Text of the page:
their heads ; the breath of the wilderness is death to
such tender things."

"Ay," said the man, "it is an evil spirit which the
mountains yonder war against continually. But be of
good cheer, it hath again been driven back into the
fiery torments of the desert. Hark, littlest, hearest
thou the voice of the fountains, the song of many
birds also, and the rejoicing of the green leaves ?"

He paused for a moment in his slow walk and the
child hushed its fretful wail to listen ; as for the mother,
she sat quietly, her back against the parapet, her eyes
fixed upon the slender horn of the new moon which
hung above the low eastern horizon. Through the
silence came the musical gurgle and rush of water, and
the rustle of foliage from the little garden below.

"Look thou at the great mountain, son of mine,"
continued the man ; " he hath put on his robes of rose

(13)



14 PAUL.

that he may say farewell to the sun. Anon, he will
be clothed in violet, then in sad garments the color
of ashes, afterward he will sleep. Sleep thou also,
little one ; to-morrow there will be no wind from the
desert. Sleep thou, and the good Shepherd will
watch thee."

" I hear some one knocking," said the woman.
She arose and advanced to the parapet which over
looked the street. " It is our neighbor, Simon ; he
hath returned from his jqurney to Jerusalem and
will tell thee of it. Give me the child ; he will sleep
now," and taking the little one in her arms she de
scended to the terrace.

A slow step on the stair presently announced the
new-comer. He was a stout man and breathed
heavily as he set his foot on the roof level. He was
also grumbling aloud. " Had I a garden below, such
as thine, friend Ananias," he said, " I would not
climb to the roof."

" Greetings, friend, and a welcome," returned Ana
nias with a quiet smile. "Jehovah grant that thy
ways have been prospered. My garden is indeed
good, but this is better, for here one can feel the
breath of the mountains, the fragrance of the eternal
snows on Hermon yonder."

Simon replied with a shrug of the shoulders and
an inarticulate grunt, as he settled himself upon a
bench. "There are tidings of evil," he said ab
ruptly. " Hast thou heard ?"

" Nay, I have not heard ; what hath befallen ?"



THE VISION ON THE HOUSETOP. 15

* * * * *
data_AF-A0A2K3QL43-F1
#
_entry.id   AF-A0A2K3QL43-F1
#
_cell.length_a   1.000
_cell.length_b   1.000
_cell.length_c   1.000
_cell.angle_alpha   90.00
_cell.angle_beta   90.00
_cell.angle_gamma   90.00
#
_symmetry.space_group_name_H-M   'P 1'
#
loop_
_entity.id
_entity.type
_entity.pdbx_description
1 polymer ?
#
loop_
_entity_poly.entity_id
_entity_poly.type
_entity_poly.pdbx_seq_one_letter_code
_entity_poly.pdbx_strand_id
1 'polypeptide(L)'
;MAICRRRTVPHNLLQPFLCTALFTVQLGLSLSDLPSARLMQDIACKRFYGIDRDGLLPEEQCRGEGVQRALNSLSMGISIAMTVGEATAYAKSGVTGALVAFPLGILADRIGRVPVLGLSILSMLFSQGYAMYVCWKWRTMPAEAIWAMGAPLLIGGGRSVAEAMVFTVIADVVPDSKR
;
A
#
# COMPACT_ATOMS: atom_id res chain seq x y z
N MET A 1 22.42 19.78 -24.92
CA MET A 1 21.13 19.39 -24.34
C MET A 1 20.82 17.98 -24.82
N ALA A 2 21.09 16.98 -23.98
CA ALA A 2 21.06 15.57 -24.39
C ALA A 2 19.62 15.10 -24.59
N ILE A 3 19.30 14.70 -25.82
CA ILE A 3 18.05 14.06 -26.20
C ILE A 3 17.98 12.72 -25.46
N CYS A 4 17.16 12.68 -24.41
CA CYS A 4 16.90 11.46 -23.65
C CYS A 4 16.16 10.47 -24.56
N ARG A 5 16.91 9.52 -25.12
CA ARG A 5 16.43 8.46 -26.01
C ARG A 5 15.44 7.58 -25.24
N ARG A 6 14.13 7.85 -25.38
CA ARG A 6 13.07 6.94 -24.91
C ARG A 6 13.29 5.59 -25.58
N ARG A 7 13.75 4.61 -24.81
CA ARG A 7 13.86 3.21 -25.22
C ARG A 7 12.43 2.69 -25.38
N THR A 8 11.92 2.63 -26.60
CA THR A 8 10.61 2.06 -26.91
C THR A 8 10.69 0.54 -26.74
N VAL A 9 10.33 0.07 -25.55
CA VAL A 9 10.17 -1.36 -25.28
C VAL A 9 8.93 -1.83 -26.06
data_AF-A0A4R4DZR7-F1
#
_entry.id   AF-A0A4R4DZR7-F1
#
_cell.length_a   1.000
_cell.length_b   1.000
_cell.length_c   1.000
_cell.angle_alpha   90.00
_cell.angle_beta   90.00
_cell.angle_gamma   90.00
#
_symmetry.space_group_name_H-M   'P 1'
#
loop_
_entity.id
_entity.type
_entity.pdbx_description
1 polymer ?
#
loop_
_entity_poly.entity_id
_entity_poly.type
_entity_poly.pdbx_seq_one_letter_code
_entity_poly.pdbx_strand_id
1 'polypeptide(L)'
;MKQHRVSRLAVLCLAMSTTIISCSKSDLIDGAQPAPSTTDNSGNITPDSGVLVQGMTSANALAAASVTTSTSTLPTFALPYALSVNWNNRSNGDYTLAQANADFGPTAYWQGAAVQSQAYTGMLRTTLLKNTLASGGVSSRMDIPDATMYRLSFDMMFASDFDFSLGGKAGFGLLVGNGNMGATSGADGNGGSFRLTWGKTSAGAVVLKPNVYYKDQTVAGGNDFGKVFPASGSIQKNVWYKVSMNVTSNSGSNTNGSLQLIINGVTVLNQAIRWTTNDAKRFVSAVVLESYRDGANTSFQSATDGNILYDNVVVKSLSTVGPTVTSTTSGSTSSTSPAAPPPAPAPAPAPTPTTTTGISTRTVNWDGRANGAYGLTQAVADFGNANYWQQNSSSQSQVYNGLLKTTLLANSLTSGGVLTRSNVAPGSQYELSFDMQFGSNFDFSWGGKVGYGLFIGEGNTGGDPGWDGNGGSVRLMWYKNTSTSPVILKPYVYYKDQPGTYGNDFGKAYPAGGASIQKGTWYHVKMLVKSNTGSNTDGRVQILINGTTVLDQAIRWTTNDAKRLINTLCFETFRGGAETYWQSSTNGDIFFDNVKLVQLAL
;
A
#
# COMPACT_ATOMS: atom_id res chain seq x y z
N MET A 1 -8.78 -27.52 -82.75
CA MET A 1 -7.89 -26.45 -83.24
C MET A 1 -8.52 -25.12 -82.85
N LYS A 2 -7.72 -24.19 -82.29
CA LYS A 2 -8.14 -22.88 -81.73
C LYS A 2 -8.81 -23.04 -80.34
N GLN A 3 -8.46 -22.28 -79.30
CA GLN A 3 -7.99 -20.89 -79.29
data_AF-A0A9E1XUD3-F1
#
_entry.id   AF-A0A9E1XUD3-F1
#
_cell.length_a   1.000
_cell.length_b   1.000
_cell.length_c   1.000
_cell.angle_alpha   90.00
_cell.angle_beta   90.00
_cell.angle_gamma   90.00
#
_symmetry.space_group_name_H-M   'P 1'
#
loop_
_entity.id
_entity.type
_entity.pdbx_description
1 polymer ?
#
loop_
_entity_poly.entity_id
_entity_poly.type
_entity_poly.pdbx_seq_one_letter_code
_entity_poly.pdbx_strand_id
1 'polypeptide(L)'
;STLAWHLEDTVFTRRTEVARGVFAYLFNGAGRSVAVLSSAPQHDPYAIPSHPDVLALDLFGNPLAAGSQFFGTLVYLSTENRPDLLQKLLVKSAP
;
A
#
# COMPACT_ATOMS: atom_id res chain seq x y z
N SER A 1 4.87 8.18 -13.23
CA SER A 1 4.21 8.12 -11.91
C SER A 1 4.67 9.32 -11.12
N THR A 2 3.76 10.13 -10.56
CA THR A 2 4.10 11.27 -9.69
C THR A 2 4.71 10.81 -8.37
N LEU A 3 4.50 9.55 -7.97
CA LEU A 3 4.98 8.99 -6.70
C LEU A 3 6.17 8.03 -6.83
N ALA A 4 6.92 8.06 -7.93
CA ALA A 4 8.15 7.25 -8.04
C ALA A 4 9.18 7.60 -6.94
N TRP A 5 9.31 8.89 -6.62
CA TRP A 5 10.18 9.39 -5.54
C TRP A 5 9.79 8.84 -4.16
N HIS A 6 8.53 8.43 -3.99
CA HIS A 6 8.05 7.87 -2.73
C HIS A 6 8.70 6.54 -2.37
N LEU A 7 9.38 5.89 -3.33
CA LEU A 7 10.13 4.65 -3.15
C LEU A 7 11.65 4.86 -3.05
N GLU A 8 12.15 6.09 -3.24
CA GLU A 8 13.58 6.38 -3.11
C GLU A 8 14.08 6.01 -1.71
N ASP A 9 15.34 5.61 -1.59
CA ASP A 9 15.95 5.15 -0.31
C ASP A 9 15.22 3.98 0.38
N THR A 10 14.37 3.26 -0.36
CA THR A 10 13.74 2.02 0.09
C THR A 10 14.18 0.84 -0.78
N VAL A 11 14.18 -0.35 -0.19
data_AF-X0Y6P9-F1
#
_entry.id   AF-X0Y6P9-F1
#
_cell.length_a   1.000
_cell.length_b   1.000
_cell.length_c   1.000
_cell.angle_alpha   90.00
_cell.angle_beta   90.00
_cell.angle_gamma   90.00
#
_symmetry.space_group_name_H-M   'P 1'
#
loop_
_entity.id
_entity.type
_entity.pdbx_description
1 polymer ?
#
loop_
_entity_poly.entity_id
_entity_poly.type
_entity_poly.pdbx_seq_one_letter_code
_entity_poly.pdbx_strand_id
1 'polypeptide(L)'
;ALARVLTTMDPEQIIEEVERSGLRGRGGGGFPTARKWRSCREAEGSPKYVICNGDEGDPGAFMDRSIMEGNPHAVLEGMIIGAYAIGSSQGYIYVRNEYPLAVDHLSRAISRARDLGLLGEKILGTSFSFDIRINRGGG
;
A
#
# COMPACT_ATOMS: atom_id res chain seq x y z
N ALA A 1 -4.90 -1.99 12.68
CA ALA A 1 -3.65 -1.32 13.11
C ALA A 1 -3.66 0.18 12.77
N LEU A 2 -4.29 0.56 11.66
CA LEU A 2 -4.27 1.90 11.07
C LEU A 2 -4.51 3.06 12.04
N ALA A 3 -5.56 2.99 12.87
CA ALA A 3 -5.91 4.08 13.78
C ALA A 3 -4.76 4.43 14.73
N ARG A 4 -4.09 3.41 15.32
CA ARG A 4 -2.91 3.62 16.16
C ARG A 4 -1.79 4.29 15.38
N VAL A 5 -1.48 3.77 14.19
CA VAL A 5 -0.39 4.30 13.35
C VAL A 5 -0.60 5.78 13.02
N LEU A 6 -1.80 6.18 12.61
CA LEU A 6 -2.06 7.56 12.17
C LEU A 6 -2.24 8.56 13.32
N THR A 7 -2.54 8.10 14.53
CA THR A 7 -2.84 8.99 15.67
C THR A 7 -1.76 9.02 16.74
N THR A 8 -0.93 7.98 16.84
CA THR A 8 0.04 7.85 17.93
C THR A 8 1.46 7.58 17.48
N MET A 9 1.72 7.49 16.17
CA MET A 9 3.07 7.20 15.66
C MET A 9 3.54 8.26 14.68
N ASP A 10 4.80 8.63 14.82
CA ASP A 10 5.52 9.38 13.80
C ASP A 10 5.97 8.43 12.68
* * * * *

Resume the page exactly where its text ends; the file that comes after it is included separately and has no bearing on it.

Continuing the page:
" As them knowest, I have been in Jerusalem ; there
hath been there a great persecution of them that be
lieve on the Crucified One. Many are slain ; others
are in prison, and others still are fled."

The face of Ananias grew white in the fading light.
"Who hath caused these things to be done?"

" They that slew Jesus of Nazareth, and who will
yet accomplish the destruction of all that believe on
him," answered Simon bitterly.

" Hast thou forgotten that the Christ is set down at
the right hand of Jehovah?" cried Ananias. "Surely
he will not suffer our foot to be moved."

" He hath already suffered Stephen to be killed with
stones. He hath suffered others of the disciples to be
scourged and imprisoned. He hath suffered babes
also to be left desolate, and little children to wail for
food. But the destroyers wax fat and flourishing ;
they are not moved."

" So hath it ever appeared," said Ananias. " Yet
is the Lord mindful of his own." Then, after a pause,
he added, " We are at peace, thanks be to Jehovah,
for there is no one in all Damascus who would lift up
a hand against us who also walk blameless according
to the law. Let us send word to the smitten ones that
they come hither ; here shall they find refuge."

" I have not yet told thee the worst," said Simon,
dejectedly. "A certain Saul of Tarsus, a Pharisee
taught of Gamaliel, and most bitter against the Christ,
hath come hither to Damascus with the intent to carry
away in chains to Jerusalem every least disciple of the



16 PAUL.

Crucified One. He is without mercy, and will slay
and spare not all that resist him. When I heard of
his purpose, I made haste to return to Damascus, that
I might warn the brethren. Surely it were better to
flee into the desert than to perish miserably under the
scourge."

His voice died away into silence, and in the hush
the voice of the mother singing to her babe floated up
to them.

Ananias moistened his dry lips. " Didst thou say
that the man laid his hand also upon women and
babes ?" he asked huskily.

" More than once hath he seized the mother and left
the little ones desolate in the house for so it was told
me in Jerusalem," replied Simon. "Yet it may be
that the Lord hath had mercy upon us. I heard a
strange thing concerning the man as I came hither to
night ; it was told me by Ben Ethan, one of the keepers
of the Eastern Gate. Yesterday, at about the ninth
hour, a company of men approached the city, some
riding upon beasts, others walking. In the midst was
a man, whom also two of his comrades led by the
hand. When the head keeper questioned them, say
ing, ' Who are you and whence do ye come ?' One
made answer, saying, ' The chief man of our company
is Saul, a worshipful rabbi from Jerusalem. He bear-
eth letters from the Senate and Council of Israel to the
governor of this city.'

" ' Let him appear then and speak,' quoth the keeper
of the gate. To whom the other made answer, ' The



THE VISION ON THE HOUSETOP. 17

man Saul hath been grievously smitten in the way by
a great and terrible light which blazed suddenly out
of heaven as we journeyed ; and lo, he is blind, and
we have brought him hither leading him by the hand,
even as thou seest. Grant us an entrance speedily, I
pray thee, that we may fetch him to a resting-place,
for he is in a desperate strait.' '

" And as Ben Ethan looked earnestly upon the man
Saul, he perceived that he trembled exceedingly as he
stood, and seemed not to hear what was passing about
him, but continually did moan within himself, and also
that his face was as the face of one stricken with death.
Furthermore, he told me that when the business with
the chief officer of the gate was finished, that they led
the man, still trembling and moaning, into the city.
God grant that death follow hard after, and that it
overtake him speedily."

Ananias shook his head. " Thou knowest not what